Mark Lemoge, et al v. USA

Filing 920091207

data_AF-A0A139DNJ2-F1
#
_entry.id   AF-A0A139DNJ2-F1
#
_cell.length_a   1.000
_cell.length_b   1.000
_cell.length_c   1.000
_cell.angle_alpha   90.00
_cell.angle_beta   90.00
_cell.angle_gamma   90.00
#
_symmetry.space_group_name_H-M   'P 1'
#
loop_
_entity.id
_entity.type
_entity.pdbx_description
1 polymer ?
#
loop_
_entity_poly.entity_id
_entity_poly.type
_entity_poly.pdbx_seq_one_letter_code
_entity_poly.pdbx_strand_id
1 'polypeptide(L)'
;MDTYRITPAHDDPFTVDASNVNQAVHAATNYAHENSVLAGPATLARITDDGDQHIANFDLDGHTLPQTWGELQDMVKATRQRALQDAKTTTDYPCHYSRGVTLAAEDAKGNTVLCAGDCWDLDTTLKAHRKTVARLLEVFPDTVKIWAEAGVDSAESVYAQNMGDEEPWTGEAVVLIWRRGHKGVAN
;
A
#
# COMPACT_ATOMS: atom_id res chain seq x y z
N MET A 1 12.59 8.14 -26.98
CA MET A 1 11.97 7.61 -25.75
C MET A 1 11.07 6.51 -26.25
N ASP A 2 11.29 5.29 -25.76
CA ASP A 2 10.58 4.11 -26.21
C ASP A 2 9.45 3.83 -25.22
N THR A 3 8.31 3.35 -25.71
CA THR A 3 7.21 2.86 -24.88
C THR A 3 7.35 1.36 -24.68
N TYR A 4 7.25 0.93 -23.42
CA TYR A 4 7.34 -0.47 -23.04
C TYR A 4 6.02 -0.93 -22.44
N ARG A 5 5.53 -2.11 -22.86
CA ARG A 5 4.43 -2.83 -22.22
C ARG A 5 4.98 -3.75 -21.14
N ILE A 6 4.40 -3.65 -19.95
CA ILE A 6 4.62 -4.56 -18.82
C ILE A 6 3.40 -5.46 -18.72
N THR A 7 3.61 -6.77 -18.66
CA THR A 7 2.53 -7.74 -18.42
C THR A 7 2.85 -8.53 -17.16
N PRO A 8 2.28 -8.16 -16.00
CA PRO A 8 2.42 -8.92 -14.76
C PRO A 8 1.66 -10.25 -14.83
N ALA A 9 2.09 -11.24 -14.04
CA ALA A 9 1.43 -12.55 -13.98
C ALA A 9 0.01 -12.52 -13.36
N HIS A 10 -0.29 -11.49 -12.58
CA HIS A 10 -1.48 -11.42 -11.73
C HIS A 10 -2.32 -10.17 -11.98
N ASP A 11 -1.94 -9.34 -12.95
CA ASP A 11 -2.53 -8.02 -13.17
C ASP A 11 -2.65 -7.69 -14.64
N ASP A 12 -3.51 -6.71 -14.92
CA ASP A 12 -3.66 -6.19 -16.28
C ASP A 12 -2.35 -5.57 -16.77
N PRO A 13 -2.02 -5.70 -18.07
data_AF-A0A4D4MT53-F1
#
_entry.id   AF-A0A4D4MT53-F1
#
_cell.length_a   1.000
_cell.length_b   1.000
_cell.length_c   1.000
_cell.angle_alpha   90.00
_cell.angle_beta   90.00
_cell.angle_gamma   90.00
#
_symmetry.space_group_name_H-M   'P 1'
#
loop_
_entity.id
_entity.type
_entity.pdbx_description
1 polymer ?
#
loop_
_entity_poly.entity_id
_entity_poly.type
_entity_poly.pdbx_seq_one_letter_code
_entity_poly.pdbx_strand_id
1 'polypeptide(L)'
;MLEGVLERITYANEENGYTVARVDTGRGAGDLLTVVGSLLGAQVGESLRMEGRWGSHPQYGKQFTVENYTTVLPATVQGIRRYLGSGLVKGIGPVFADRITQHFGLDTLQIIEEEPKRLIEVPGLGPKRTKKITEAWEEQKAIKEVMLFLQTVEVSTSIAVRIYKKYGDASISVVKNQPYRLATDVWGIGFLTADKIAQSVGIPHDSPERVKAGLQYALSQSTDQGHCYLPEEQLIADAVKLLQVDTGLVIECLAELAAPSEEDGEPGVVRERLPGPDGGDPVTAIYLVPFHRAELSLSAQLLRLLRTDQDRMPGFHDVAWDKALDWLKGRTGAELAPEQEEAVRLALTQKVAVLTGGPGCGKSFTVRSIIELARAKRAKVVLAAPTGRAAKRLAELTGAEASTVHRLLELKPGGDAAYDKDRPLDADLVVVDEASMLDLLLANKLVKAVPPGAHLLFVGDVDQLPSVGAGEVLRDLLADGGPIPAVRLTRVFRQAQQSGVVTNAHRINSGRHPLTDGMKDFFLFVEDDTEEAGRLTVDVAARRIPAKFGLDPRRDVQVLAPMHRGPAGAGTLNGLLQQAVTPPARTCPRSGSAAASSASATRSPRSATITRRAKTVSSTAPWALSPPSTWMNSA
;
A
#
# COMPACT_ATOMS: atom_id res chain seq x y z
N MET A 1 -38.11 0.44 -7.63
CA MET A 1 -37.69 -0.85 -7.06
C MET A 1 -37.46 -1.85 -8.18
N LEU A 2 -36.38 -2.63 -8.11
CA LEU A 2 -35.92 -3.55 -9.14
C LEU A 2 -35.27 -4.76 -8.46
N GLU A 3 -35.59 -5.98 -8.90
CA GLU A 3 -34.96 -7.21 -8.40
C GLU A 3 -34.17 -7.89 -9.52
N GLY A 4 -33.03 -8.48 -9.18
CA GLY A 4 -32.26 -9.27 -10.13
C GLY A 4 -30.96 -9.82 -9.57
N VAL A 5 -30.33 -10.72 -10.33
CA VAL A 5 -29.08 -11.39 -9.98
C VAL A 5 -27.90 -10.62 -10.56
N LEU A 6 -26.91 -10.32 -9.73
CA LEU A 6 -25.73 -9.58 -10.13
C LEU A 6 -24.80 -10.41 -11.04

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FOR PUBLICATION UNITED STATES COURT OF APPEALS FOR THE NINTH CIRCUIT MARK LEMOGE and ROXINA LEMOGE, Plaintiffs-Appellants, v. UNITED STATES OF AMERICA, Defendant-Appellee. No. 08-56210 D.C. No. 3:07-cv-00620LAB-AJB OPINION Appeal from the United States District Court for the Southern District of California Larry A. Burns, District Judge, Presiding Argued and Submitted November 4, 2009--Pasadena, California Filed December 7, 2009 Before: Harry Pregerson and Ronald M. Gould, Circuit Judges, and Myron H. Bright,* Senior Circuit Judge. Opinion by Judge Gould *The Honorable Myron H. Bright, Senior United States Circuit Judge for the Eighth Circuit, sitting by designation. 15943 LEMOGE v. UNITED STATES 15947 COUNSEL David W. Baumgarten (argued), Yale & Baumgarten, LLP, San Diego, California, for appellants Mark Lemoge and Roxina Lemoge. Karen P. Hewitt, United States Attorney, Southern District of California, and Melanie A. Andrews (argued), Special Assis- 15948 LEMOGE v. UNITED STATES tant United States Attorney, for appellee United States of America. OPINION GOULD, Circuit Judge: Mark and Roxina Lemoge appeal the district court's denial of their motion to set aside the dismissal of their action for personal injuries under the Federal Torts Claims Act (FTCA) against the United States and to extend time to serve the summons and complaint. The issue is whether the district court abused its discretion under Federal Rule of Civil Procedure 60(b) by denying the Lemoges relief from the dismissal. We have jurisdiction under 28 U.S.C. 1291. We reverse and remand. I In April 2004, Mark Lemoge suffered a serious leg injury at a military facility when a concrete park bench collapsed and fell on him.1 In April 2006, the Lemoges filed an administrative tort claim pursuant to the FTCA with the Department of the Navy concerning that injury. The Lemoges' administrative tort claim was denied, after which, on April 5, 2007, the Lemoges filed a personal injury action against the United States in the United States District Court for the Southern District of California. In June 2007, Mark Caruana, counsel for the Lemoges, sent a copy of the summons and complaint to the Navy's administrative-claims attorney. On September 5, 2007, a Navy attorney forwarded In assessing the issues concerning the Rule 60(b) motion, and whether the district court abused its discretion in denying relief, we accept the Lemoges' factual allegations. See Laurino v. Syringa Gen. Hosp., 279 F.3d 750, 753 (9th Cir. 2002). 1 LEMOGE v. UNITED STATES 15949 correspondence to Caruana stating that the United States Attorney's office needed to be served. On September 18, 2007, the district court issued an order to show cause why the action should not be dismissed for failure to serve the government with the summons and complaint pursuant to Federal Rule of Civil Procedure 4(m), which requires the defendant to be served within 120 days after the complaint is filed. On October 9, 2007, hearing nothing from the Lemoges, the district court sua sponte dismissed the Lemoges' action without prejudice. During the time in which the Lemoges were to have served the summons and complaint, Caruana suffered medical complications, including a staph infection, from an injury to his leg. Over several months, Caruana underwent three surgeries, skin grafts, extensive therapy, and a full regimen of medications. Caruana states he was not able to "connect the dots" and therefore did not timely serve the summons and complaint and was not aware of the order to show cause or the dismissal. Caruana subsequently discovered that the case had been dismissed. The Lemoges concede that because more than six months have passed since the denial of their FTCA claim, they are time-barred from re-filing their action under 28 U.S.C. 2401(b). Thus, on May 8, 2008, Caruana, on behalf of the Lemoges, filed a motion to set aside the dismissal and extend time to serve the summons and complaint (the "Motion"). Simultaneous to the above events, there was a short-lived, related litigation between Granite State Insurance Company ("Granite State"), Mark Lemoge's employer's workers' compensation insurer, and the government. On November 6, 2007, after the Lemoges' action was dismissed, Granite State filed a workers' compensation subrogation claim concerning Mark Lemoge's injury (the "Granite State Action"). On May 9, 15950 LEMOGE v. UNITED STATES 2008, the day after the Lemoges filed their Motion, Granite State and the government settled the Granite State Action. The district court denied the Lemoges' Motion orally at the end of a July 7, 2008, hearing, and confirmed the denial through an order filed one week later. The district court construed the Lemoges' Motion as a motion for relief under Federal Rule of Civil Procedure 60(b)(1) for excusable neglect. Despite accepting that Caruana had suffered medical injuries requiring extensive treatment, the district court concluded that none of Caruana's explanations justified the significant passage of time before the Motion was filed. The district court also concluded that the government would be unfairly prejudiced if the Lemoges' action was reopened because the government relied on its dismissal in settling the Granite State Action. The Lemoges appeal the district court's denial of their Motion. II A district court's denial of relief from a final judgment, order, or proceeding under Federal Rule of Procedure 60(b) is reviewed for abuse of discretion. De Saracho v. Custom Food Mach., Inc., 206 F.3d 874, 880 (9th Cir. 2000). A district court abuses its discretion by denying relief under Rule 60(b) when it makes an error of law or relies on a clearly erroneous factual determination. Bateman v. U.S. Postal Serv., 231 F.3d 1220, 1223 (9th Cir. 2000). Federal Rule of Civil Procedure 60(b)(1) provides as follows: "On motion and just terms, the court may relieve a party or its legal representative from a final judgment, order, or proceeding for the following reasons: [ ] mistake, inadvertence, surprise, or excusable neglect." [1] Excusable neglect "encompass[es] situations in which the failure to comply with a filing deadline is attributable to LEMOGE v. UNITED STATES 15951 negligence," Pioneer Inv. Servs. Co. v. Brunswick Assocs. Ltd., 507 U.S. 380, 394 (1993), and includes "omissions caused by carelessness," id. at 388. The determination of whether neglect is excusable "is at bottom an equitable one, taking account of all relevant circumstances surrounding the party's omission." Id. at 395. To determine when neglect is excusable, we conduct the equitable analysis specified in Pioneer by examining "at least four factors: (1) the danger of prejudice to the opposing party; (2) the length of the delay and its potential impact on the proceedings; (3) the reason for the delay; and (4) whether the movant acted in good faith." Bateman, 231 F.3d at 1223-24 (citing Pioneer, 507 U.S. at 395). Although Pioneer involved excusable neglect under Federal Rule of Bankruptcy Procedure 9006(b), in Briones v. Riviera Hotel & Casino, 116 F.3d 379 (9th Cir. 1997), we concluded that the Pioneer standard governs analysis of excusable neglect under Rule 60(b)(1). See id. at 381. A We conclude that the district court did not identify the Pioneer-Briones standard or correctly conduct the PioneerBriones analysis and that this was an abuse of discretion.2 While the district court conducted analysis related to the first three factors, the district court did not consider the fourth factor, good faith, or, as required under the circumstances of this case, the prejudice the Lemoges would suffer if their Motion was denied. In our recent en banc decision in United States v. Hinkson, ___ F.3d ___, No. 05-30303, 2009 WL 3645003 (9th Cir. Nov. 5, 2009 ) (en banc), we refined and restated our test for abuse of discretion as comprising a two-step inquiry. First, we "determine de novo whether the trial court identified the correct legal rule to apply to the relief requested." Id. at *11. If the trial court did not identify the correct legal standard, it is an abuse of discretion. Id. Second, a trial court abuses its discretion if its "application of the correct legal standard was (1) illogical, (2) implausible, or (3) without support in inferences that may be drawn from the facts in the record." Id. (quotations and citation omitted). 2 15952 LEMOGE v. UNITED STATES [2] The district court did not cite to Pioneer or Briones or list the Pioneer-Briones factors. In Bateman, we held that district courts should explicitly use the Pioneer-Briones framework for analysis of excusable neglect under Rule 60(b)(1): Bateman argues that the district court abused its discretion because it failed to conduct the equitable analysis laid out in Pioneer and Briones. We agree. In its order denying relief, the district court cited Pioneer, but only for the proposition that "clients must be held accountable for the acts and omissions of their attorneys." The court did not acknowledge Pioneer's statement that "excusable neglect" includes cases of negligence, nor did it mention the equitable test established by Pioneer. The court also did not mention this court's adoption of the equitable test for Rule 60(b)(1) cases in Briones. .... . . . The court would have been within its discretion if it spelled out the equitable test and then concluded that [the attorney] had failed to present any evidence relevant to the four factors. But it abused its discretion by omitting the correct legal standard altogether. Bateman, 231 F.3d at 1224 (internal citation omitted). In Bateman, we concluded that as long as the substance of the equitable analysis called for by Pioneer-Briones is undertaken, reversal may not be necessary: We would not ordinarily reverse a court simply for failing to articulate the Pioneer and Briones test, as long as it actually engaged in the equitable analysis those cases mandate. However, it does not appear the district court did so here . . . . LEMOGE v. UNITED STATES 15953 While these factors [provided by the district court] are certainly relevant to the determination of whether [the attorney's] conduct was excusable, they revolve around just one of the Pioneer and Briones considerations--the reason for the delay. The court made no mention of the other three: the prejudice to the defendant, the length of the delay and its potential impact on the proceedings, and whether [the attorney] acted in good faith. Id. We concluded that the district court abused its discretion by applying the wrong legal standard, and remanded with instructions to grant the Rule 60(b)(1) motion. Id. at 1225. As in Bateman, here "[t]he court did not . . . mention the equitable test established by Pioneer" or "spell[ ] out the equitable test." Id. at 1224. It is not, moreover, merely a matter of the district court not citing and stating the test required by Pioneer and by Briones. More importantly, we are concerned that the substance of the district court's analysis wholly omitted discussion of one of the four factors said to be relevant by the Supreme Court in Pioneer. Therefore, following the test stated by us recently in United States v. Hinkson, we conclude that the district court abused its discretion by not "identif[ying] the correct legal rule" and omitting analysis of an important part of that rule. ___ F.3d ___, No. 05-30303, 2009 WL 3645003, at *11 (9th Cir. Nov. 5, 2009 ) (en banc). There are substantial reasons why the courts of appeals and the district courts should pay close heed to a standard that has been expressly set by the United States Supreme Court, and normally conform their analysis to it. National uniformity of federal law is a virtue in its own right. See Ruth Bader Ginsburg & Peter W. Huber, The Intercircuit Committee, 100 Harv. L. Rev. 1417, 1424-25 (1987) ("Uniformity promotes the twin goals of equity and judicial integrity--similar treatment of similar litigants secures equity, while it also inspires confidence in the legal system, a confidence crucial to the 15954 LEMOGE v. UNITED STATES effective exercise of judicial power.") (citation omitted). But pragmatic concerns limit the amount of cases the Supreme Court is able to review. To aid uniformity of law, it is important that the Supreme Court's interpretations of law are adopted and followed by lower courts. Moreover, we are told that we are to pay close attention even to Supreme Court dicta. See Fernandez-Ruiz v. Gonzales, 466 F.3d 1121, 1129 (9th Cir. 2006) (en banc) ("[A]s a lower federal court, we are advised to follow the Supreme Court's considered dicta.") (quoting Oyebanji v. Gonzales, 418 F.3d 260, 264-65 (3d Cir. 2005)). It follows with stronger logic that when a Supreme Court case identifies explicitly just four factors to be considered in assessing a type of problem, then whatever else is discussed, the analysis of the lower court should normally address the factors that the Supreme Court has identified. See, e.g., Laurino v. Syringa Gen. Hosp., 279 F.3d 750, 753-54 (9th Cir. 2002) (holding that the district court abused its discretion after noting that the district court did not address Pioneer-Briones's good-faith factor); Bateman, 231 F.3d at 1224 (holding that the district court abused its discretion where it considered only one of the Pioneer-Briones factors); Cheney v. Anchor Glass Container Corp., 71 F.3d 848, 850 (11th Cir. 1996) ("The district court's failure to . . . apply the correct legal standard and factors as announced in Pioneer constitute[s] an abuse of discretion."). [3] The district court conducted some analysis relevant to the Pioneer-Briones factors: the district court stated that the government would be unfairly prejudiced if the case were reopened, that the Lemoges' Motion came seven months after the case was dismissed, and that Caruana's explanations did not justify the significant passage of time before relief was requested. This discussion loosely fits within the framework of the first three Pioneer-Briones factors. But the district court did not conduct any analysis relevant to the fourth factor, good faith. [4] We have recognized that when a district court does not address good faith when conducting the Pioneer-Briones LEMOGE v. UNITED STATES 15955 analysis, it may result in an abuse of discretion. In Laurino, we reversed a district court's denial of Rule 60(b)(1) relief after noting that the district court did not apply the good-faith factor. 279 F.3d at 753-54. We concluded that the district court erred because, among other things, "the district court made no finding of bad faith." Id. at 754. Similarly, it was error for the district court here not to make a finding as to good faith, one of only four factors detailed by the Supreme Court for analysis. Because the standard under Rule 60(b) is an equitable standard, see Briones, 116 F.3d at 381, it may follow that in some circumstances a district court may satisfy the standard even though omitting to discuss some specified factor. However, we conclude that it will always be a better practice for the district court to touch upon and analyze at least all four of the explicit Pioneer-Briones factors, namely: "(1) the danger of prejudice to the opposing party; (2) the length of the delay and its potential impact on the proceedings; (3) the reason for the delay; and (4) whether the movant acted in good faith." Bateman, 231 F.3d at 1223-24 (citing Pioneer, 507 U.S. at 395). [5] Not discussing good faith here does not seem to us to be an irrelevancy. It is difficult to even assess whether this case is close without knowing whether Caruana acted in good faith in connection with his delays and with his explanations that attributed the delays to his own injury. District courts should be advised in all cases considering a Rule 60(b) motion that it will be helpful to their analysis and important to ours on appeal if they articulate a complete analysis of all the factors that the Supreme Court has declared relevant. Doing so will make clear the basis of the district court's Rule 60(b) determination and will aid our review. Cf. United States v. Taylor, 487 U.S. 326, 336-37 (1988) ("Where, as here, Congress has declared that a decision will be governed by consideration of particular factors, a district court must carefully consider those factors as applied to the particular case 15956 LEMOGE v. UNITED STATES and, whatever its decision, clearly articulate their effect in order to permit meaningful appellate review. Only then can an appellate court ascertain whether a district court has ignored or slighted a factor that Congress has deemed pertinent . . . ."). [6] Morever, in the circumstances of this case, we think that the district court also erred in its analysis of prejudice by not considering the prejudice the Lemoges would suffer if they were denied relief. In Pioneer, the Supreme Court stated that "all relevant circumstances" must be considered. 507 U.S. at 395. We stated in Briones that "[t]hese four enumerated factors" are "not an exclusive list." 116 F.3d at 381. Although prejudice to the movant is not an explicit Pioneer-Briones factor, and is not a factor that we think should be assessed in each and every case evaluating a Rule 60(b) motion, prejudice to the movant, in a case such as that before us, is one of the "relevant circumstances" that should be considered when evaluating excusable neglect. It is worth noting that there is always prejudice to a movant whenever an untimely complaint is rejected, as for example when that is required by a statute of limitations. In such a case, the established law reflects a balance between the needs of society for dispute resolution in a specified period and the needs of parties for justice, and lateness cannot be excused merely because the movant is prejudiced. However, unlike a statute-of-limitations standard, the standard for permissibly expanding the period for service under Rule 4(m) has embedded within it a concern for prejudice to the movant. We have in a prior decision expanded the scope of the "prejudice" inquiry when conducting analysis under Rule 4(m) to include the prejudice that would be suffered by a plaintiff in the event of a dismissal for failure to timely serve: The prejudice inquiry might also include consideration of what prejudice the plaintiff . . . would suffer if the case were dismissed. A dismissal for untimely LEMOGE v. UNITED STATES 15957 service is required to be a dismissal without prejudice . . . . It is conceivable . . . that prejudice might result from a dismissal without prejudice if, for example, the statute of limitations had expired. The existence of prejudice of this kind could affect what action a court might choose to take in response to untimely service of process. United States v. 2,164 Watches, More or Less, Bearing a Registered Trademark of Guess?, Inc., 366 F.3d 767, 772 (9th Cir. 2004). Thus, relief under Rule 4(m) "may be justified, for example, if the applicable statute of limitations would bar the re-filed action." Fed. R. Civ. P. 4, Advisory Committee Note to 1993 Amendments, Subdivision (m). [7] We hold that at least where the movants' Rule 60(b)(1) motion (1) seeks to set aside a dismissal that arises from noncompliance with Rule 4(m), (2) the movants cannot re-file their action because the statute of limitations has run, and (3) there is no or only slight prejudice to the opposing party if relief is granted, the district court should consider, and give appropriate weight to, the movants' prejudice if relief is denied. Here, the district court acknowledged the Lemoges' argument that they would be prejudiced by the denial of relief because they would be barred by the statute of limitations from re-filing their action. But the district court neither considered prejudice to the Lemoges in its analysis of prejudice, nor gave it any apparent weight. B [8] Turning to its application of the specific PioneerBriones factors, the district court in our view erred by concluding that the Lemoges did not establish excusable neglect sufficient for relief under Rule 60(b)(1). First, the government would not be prejudiced if the Lemoges were granted relief; instead, the Lemoges would suffer the "ultimate" prejudice absent relief because the statute of limitations on their claim 15958 LEMOGE v. UNITED STATES has run. Second, the length of the delay was not unreasonable given the circumstances. Third, Caruana offered credible reasons for the delay. Fourth, there is no indication that Caruana or the Lemoges acted in bad faith. As to the first factor, prejudice, the district court accepted the government's representation that absent the dismissal, the government would have approached the Granite State Action differently and would likely not have settled with Granite State. The district court erred in concluding that the government would be prejudiced on this basis if relief were granted. [9] Prejudice requires greater harm than simply that relief would delay resolution of the case. TCI Group Life Ins. Plan v. Knoebber, 244 F.3d 691, 701 (9th Cir. 2001) ("[M]erely being forced to litigate on the merits cannot be considered prejudicial for purposes of lifting a default judgment."). The government offered no argument for how it would be prejudiced other than its claim that it likely would not have settled, and would have approached differently, the Granite State Action if it knew the litigation concerning the Lemoges' action would continue. The government does not indicate how it would have changed its strategy in the Granite State Action, or that a different strategy would have benefitted the government. As the government settled the Granite State Action, the government must have thought that payment of the settlement sum was a better deal for it than taking a chance litigating the dispute. The government's bare assertions do not establish prejudice, particularly in light of the nature of California workers' compensation law. Under California workers' compensation law, an employer's insurer's recovery is limited to workers' compensation benefits paid or owed. See Engle v. Endlich, 12 Cal. Rptr. 2d 145, 156 (Cal. Ct. App. 1992). If an employer's insurer recovers workers' compensation benefits, this sum cannot be recovered by an employee in a separate suit. See Demkowski v. Lee, 284 Cal. Rptr. 919, 923-925 (Cal. Ct. App. 1991). Thus, double recovery of workers' compensation benefits cannot occur if the Lemoges' action is reopened. LEMOGE v. UNITED STATES 15959 Id. The government has pointed to no tangible harm that it will suffer if the Lemoges are granted relief. [10] Prejudice to the Lemoges if relief is denied is also an important consideration under these circumstances. The Lemoges' Rule 60(b)(1) motion seeks to set aside a dismissal for non-compliance with Rule 4(m)'s service requirements. The Lemoges cannot re-file their action because the statute of limitations has run. And the government will not be prejudiced if the Lemoges are granted relief. In contrast to the lack of prejudice to the government if the Lemoges are granted relief, the Lemoges will suffer substantial prejudice absent relief because they cannot re-file their action. Indeed, the Lemoges would endure the ultimate prejudice of being forever barred from pursuing their claims. As to the second factor, the length of the delay, Federal Rule of Civil Procedure 60(c) requires that a Rule 60(b) motion be made "within a reasonable time" and "no more than a year after the entry of the judgment or order or the date of the proceeding." "What constitutes `reasonable time' depends upon the facts of each case, taking into consideration the interest in finality, the reason for delay, the practical ability of the litigant to learn earlier of the grounds relied upon, and prejudice to the other parties." Ashford v. Steuart, 657 F.2d 1053, 1055 (9th Cir. 1981) (per curiam). [11] The Lemoges' Motion was brought within a year of the dismissal and within a reasonable amount of time. The Lemoges sought relief about seven months after the case was dismissed. According to the district court, in spite of Caruana's third surgery in November, he should have been able to tend to his law practice by, at the latest, March 2008, but did not bring the Motion until May. Under the district court's view, Caruana waited at least two months after he should have been able to return to his law practice before filing the Motion. But this delay is insubstantial when viewed in light of Caruana's traumatic medical issues that still afflicted him 15960 LEMOGE v. UNITED STATES as of the time of the hearing. Caruana testified at the hearing that while his most recent surgery was in November 2007, the surgeries were ongoing and he was still experiencing swelling. It is understandable that, as a sole practitioner, it would take Caruana months to get back on his feet and to catch up on the status of his cases while recovering from surgery. Under the totality of the circumstances, the Lemoges brought the Motion within a reasonable time. [12] As to the third factor, the reason for the delay, the district court erred in its conclusion that Caruana did not provide adequate reasons for the delay. Caruana's inability to identify the correct agency to serve may have been negligent, and seriously so, but it was nonetheless, in the circumstances here, excusable negligence if merely a good-faith mistake. Caruana's June 2007 letter to the Navy, sent before his medical problems arose, demonstrates that he was trying to ascertain how to successfully prosecute the Lemoges' FTCA claim. The district court noted that Caruana "was expressly informed by letter dated September 5, 2007 . . . [that] the proper agency for service of any civil complaint was the United States Attorney's Office" and was later notified through the district court's order to show cause that service had not been completed. But Caruana's medical problems, which the district court accepted, explain why Caruana did not review the Navy attorney's September 5, 2007, letter, why he did not respond to the district court's order to show cause, and why he did not file the Motion until seven months after the case had been dismissed. There is no question that Caruana could have handled his practice better, but under the circumstances, Caruana provided adequate reasons for the delay. [13] As to the fourth factor, good faith, the district court did not discuss this factor. We conclude that "there is no evidence that [Caruana] acted with anything less than good faith. His errors resulted from negligence and carelessness, not from deviousness or willfulness." Laurino, 279 F.3d at 753 (quoting Bateman, 231 F.3d at 1225). The government argues that LEMOGE v. UNITED STATES 15961 even though the district court did not discuss good faith, we should infer that the district court believed that Caruana failed his clients by not diligently pursuing his cases. The government's argument is misplaced. The district court merely concluded that Caruana did not provide an adequate reason for not diligently prosecuting the Lemoges' action. See id. We do not infer from this that the district court found that Caruana acted in bad faith. To the contrary, the district court appeared to be sympathetic to the injured status and situation of Caruana. The district judge stated at the hearing, "I hate to sound like I am hard hearted about [granting relief], but . . . I just [don't] think [the legal standard] can be met in this case." If any inference at all can be drawn, it would be that the district court did not think that Caruana acted in bad faith, but felt compelled, erroneously, to deny relief on other grounds. [14] In sum, we conclude that under the total circumstances, the Lemoges have demonstrated excusable neglect. We therefore reverse the district court's denial of the Rule 60(b)(1) Motion and consequent continued dismissal of the case because the complete test from Pioneer-Briones was not recognized by the district court and because each of the Pioneer-Briones factors, as we consider this appeal, weighs in favor of granting relief to the Lemoges. III The district court, having concluded that the dismissal should stand, did not reach the issue of whether time should be extended to allow the Lemoges an opportunity to serve the summons and complaint. Federal Rule of Civil Procedure 4(m) governs this inquiry and provides as follows: If a defendant is not served within 120 days after the complaint is filed, the court--on motion or on its own after notice to the plaintiff--must dismiss the action without prejudice against that defendant or order that service be made within a specified time. 15962 LEMOGE v. UNITED STATES But if the plaintiff shows good cause for the failure, the court must extend the time for service for an appropriate period. Rule 4(m) provides two avenues for relief. The first is mandatory: the district court must extend time for service upon a showing of good cause. In re Sheehan, 253 F.3d 507, 512 (9th Cir. 2001).3 The second is discretionary: if good cause is not established, the district court may extend time for service upon a showing of excusable neglect. Id. at 512, 514. Exercise of discretion to extend time to complete service is appropriate when, for example, a statute-of-limitations bar would operate to prevent re-filing of the action. See Efaw v. Williams, 473 F.3d 1038, 1041 (9th Cir. 2007); see also 2,164 Watches, 366 F.3d at 773. The Lemoges have established excusable neglect and concede that they are time-barred from re-filing their action and would be prejudiced if they could not complete service. Therefore, we conclude that relief under Rule 4(m) is appropriate and on remand should be granted. IV [15] The district court abused its discretion by applying the wrong legal standard. Proper application of the PioneerBriones excusable-neglect analysis under Rule 60(b)(1) requires consideration of all four factors and also requires giving proper weight to the movants' prejudice under the circumstances presented by this case. The Lemoges have demonstrated excusable neglect under Pioneer-Briones and the dismissal should be set aside on that basis. Furthermore, because the statute of limitations has run preventing the Good cause to avoid dismissal may be demonstrated by establishing, at minimum, excusable neglect. See Boudette v. Barnette, 923 F.2d 754, 756 (9th Cir. 1991). In addition to excusable neglect, a plaintiff may be required to show the following factors to bring the excuse to the level of good cause: "(a) the party to be served personally received actual notice of the lawsuit; (b) the defendant would suffer no prejudice; and (c) plaintiff would be severely prejudiced if his complaint were dismissed." Id. 3 LEMOGE v. UNITED STATES 15963 Lemoges from re-filing their action, extending time to complete service under Rule 4(m) is appropriate. On remand, the district court is instructed to grant the Lemoges' Motion and enter an order providing the Lemoges a reasonable amount of time to serve the government with the summons and complaint. REVERSED and REMANDED.